Just like drinking. I could write a novel while continuously plastered. Others would have trouble finding the keyboard. I would not feel safe driving with any alcohol in me. Others are affected to different extents. Some could be over the 'limit' and safe. Others could be under the 'limit' and deadly. Some should not be driving even if they haven't so much as smelled a beer but that's a different rant.

'In control of the vehicle/machinery' is the critical aspect here. You might be stone cold sober but driving a Porsche Boxster when you've spent your driving career in Fiat Unos. Are you in control? It's perfectly legal. Nobody will raise the slightest objection. As long as you're sober and within the speed limit you can plough into a primary school playground and that's just an accident. Under the law, it's not what you do that counts. It's what condition you were in when you did it. Lose control of a performance car and as long as you're sober, you'll have no trouble.

This Labour idea of cutting the drink-drive limit in half, likely to be embraced by the Illiberal Torycrats aka New New Labour, will do nothing at all to improve road safety. It is not intended to.

Look at the bans so far. Drugs are illegal. Are there no more drugs? Handguns are illegal. Are there no more shootings with handguns? Carrying a knife is illegal. Are there no more stabbings? Why are these things not enforced harder?

Smoking in a public place is illegal and enforced as if it we were building atom bombs in the back rooms of pubs.

It is not complicated. Those who cause accidents while over the 'limit' are not slightly over. They are double, treble, four times over. They are completely gassed. They ignore the limit.

The criminals with guns had them illegally anyway. They did not hand them in. They bought more. Those who set out to stab someone, ignored the law saying they shouldn't carry knives. It was already illegal to stab or shoot someone, you know. So what changed?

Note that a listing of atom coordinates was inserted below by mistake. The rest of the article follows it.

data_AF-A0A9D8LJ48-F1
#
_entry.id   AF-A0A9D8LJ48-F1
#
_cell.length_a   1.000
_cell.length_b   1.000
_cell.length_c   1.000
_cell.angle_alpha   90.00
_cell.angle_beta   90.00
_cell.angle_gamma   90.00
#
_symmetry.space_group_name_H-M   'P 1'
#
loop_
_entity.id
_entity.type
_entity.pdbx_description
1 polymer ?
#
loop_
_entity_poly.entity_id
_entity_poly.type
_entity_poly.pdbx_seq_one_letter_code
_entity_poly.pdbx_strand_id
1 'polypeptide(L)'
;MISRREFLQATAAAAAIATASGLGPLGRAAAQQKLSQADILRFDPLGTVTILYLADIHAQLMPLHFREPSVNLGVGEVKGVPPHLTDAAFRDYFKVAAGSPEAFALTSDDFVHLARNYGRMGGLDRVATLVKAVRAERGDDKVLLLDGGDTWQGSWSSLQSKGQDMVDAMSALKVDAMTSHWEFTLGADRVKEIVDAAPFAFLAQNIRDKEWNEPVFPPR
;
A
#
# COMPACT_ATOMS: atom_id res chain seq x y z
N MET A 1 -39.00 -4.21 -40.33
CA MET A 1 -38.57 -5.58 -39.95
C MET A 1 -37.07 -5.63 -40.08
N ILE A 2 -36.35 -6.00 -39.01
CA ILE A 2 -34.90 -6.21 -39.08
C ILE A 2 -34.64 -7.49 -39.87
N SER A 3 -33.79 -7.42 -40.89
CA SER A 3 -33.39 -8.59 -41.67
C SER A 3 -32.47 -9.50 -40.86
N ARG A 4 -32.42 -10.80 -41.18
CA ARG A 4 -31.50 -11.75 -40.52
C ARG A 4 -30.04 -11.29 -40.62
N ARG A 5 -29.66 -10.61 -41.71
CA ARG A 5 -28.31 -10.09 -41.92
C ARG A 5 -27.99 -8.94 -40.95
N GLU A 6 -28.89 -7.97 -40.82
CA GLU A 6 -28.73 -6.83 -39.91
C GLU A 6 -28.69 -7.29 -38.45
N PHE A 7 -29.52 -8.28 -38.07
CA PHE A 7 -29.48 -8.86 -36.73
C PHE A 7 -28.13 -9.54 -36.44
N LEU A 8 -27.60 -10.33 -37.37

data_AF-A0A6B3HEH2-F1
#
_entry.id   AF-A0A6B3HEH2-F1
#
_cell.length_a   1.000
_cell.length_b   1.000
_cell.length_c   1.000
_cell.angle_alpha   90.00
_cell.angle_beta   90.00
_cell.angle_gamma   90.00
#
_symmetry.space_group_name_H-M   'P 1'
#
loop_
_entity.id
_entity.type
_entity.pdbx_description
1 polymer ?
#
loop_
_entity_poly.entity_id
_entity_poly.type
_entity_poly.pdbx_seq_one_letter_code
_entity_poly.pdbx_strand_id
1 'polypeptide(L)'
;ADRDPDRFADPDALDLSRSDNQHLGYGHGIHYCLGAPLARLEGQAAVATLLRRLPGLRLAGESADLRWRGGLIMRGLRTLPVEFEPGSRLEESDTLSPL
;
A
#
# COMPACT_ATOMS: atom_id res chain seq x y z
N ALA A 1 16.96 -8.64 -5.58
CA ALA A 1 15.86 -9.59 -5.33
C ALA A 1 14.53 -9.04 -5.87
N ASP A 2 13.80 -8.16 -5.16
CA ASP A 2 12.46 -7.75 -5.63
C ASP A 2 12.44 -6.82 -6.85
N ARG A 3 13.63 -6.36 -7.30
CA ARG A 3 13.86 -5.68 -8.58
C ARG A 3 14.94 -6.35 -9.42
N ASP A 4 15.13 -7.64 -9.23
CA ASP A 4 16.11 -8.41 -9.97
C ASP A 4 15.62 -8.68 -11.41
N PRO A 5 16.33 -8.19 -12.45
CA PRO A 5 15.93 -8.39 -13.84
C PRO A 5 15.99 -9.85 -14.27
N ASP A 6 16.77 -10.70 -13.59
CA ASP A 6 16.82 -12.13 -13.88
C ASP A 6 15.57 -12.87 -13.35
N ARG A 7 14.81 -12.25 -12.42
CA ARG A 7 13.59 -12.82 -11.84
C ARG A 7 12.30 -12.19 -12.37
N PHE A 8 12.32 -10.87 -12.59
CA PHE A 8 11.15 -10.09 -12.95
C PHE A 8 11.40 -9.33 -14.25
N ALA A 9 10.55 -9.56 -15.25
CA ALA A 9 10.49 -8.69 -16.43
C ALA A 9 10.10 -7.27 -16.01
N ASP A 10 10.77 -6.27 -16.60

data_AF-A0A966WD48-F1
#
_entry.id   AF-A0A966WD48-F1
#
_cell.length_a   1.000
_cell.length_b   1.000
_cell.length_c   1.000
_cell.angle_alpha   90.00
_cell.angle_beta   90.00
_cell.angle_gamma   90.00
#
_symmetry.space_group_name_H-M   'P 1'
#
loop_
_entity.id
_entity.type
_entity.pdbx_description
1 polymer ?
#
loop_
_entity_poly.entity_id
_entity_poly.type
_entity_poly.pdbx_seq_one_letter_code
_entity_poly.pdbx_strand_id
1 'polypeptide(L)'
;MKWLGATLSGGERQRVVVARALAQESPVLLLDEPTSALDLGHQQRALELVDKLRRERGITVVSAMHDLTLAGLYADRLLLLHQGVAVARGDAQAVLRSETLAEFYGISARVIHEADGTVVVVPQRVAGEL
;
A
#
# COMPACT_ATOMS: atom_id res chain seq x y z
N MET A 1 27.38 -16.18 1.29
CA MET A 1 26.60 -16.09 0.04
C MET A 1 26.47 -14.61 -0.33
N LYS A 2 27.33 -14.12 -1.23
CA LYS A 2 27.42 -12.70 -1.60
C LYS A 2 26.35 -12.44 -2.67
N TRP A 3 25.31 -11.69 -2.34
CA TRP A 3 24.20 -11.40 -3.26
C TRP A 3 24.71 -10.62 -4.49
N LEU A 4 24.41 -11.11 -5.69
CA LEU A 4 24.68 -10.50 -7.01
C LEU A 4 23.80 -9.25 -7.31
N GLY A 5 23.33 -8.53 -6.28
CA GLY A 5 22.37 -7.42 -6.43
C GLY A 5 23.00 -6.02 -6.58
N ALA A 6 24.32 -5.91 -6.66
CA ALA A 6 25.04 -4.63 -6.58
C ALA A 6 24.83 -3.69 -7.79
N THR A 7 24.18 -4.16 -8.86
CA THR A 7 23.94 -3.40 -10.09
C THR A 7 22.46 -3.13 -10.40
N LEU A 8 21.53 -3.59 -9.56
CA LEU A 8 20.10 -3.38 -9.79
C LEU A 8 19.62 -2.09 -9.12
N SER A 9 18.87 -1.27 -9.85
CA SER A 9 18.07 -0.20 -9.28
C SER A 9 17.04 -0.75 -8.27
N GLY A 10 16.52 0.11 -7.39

All that changed was that the muggers and burglars knew for sure that their targets were not armed. Their confidence soared and they are now far more prepared to use their weapons, knowing that we don't have any. That is what the bans changed.

I've never owned a gun. In the past, anyone breaking into my home didn't know that for sure. Now they do. Has that improved my safety?

Those who drive well over the current limit will still do it over the new limit. So what is the point of this new law? Who is its target?

You.

Have a glass of wine in the evening then set out to pick up your child from his friend's house. You're done. Go to a restaurant and have a meal with wine. You're done. Have a nice day out with a pub lunch somewhere quiet. You're done.

This new law is not intended to make the roads safer nor is it intended to reduce drink-driving. It cannot do that and those who designed it are well aware of this.

This new law is designed to collect revenue from you. Yes, you. Not me. You.

It makes no difference to me what the drink-drive limit is set to. Why would I care?

Well, if you're an antismoker, it is tempting to just sit back and watch you go through the same thing we smokers have experienced. I can't, because this is not revenge, this is progression.

It's a progressive agenda, you see. Smokers were not the end of that agenda. We were just an early item.

You're all on that agenda. Somewhere down the list, you're all there. Every one of you.

So, do you want the smokers to help? Not yet, I suspect. You're not ready. You still think you have nothing to hide and nothing to fear but you'll see. One day you will find the Thought Police have noticed you and you won't know what to do, nor where to hide. Then, perhaps, you will call out for help.

We smokers might still be prepared to listen at that point. Or we might not. It depends on how we're treated in the meantime.

That part is entirely up to you.

13 comments:

JuliaM said...

"(do they still exempt old cars?)"

Sort of. It used to be on a rolling 25 year exemption basis. Now, it's only for cars built before 1st Jan 1973.

Someone wised up, and realised this was a niche interest and if they slapped on a styealth tax, only those weirdos who liked old cars (instead of getting taxis everywhere on the taxpayer's dime, like all normal people do) would be affected.

JuliaM said...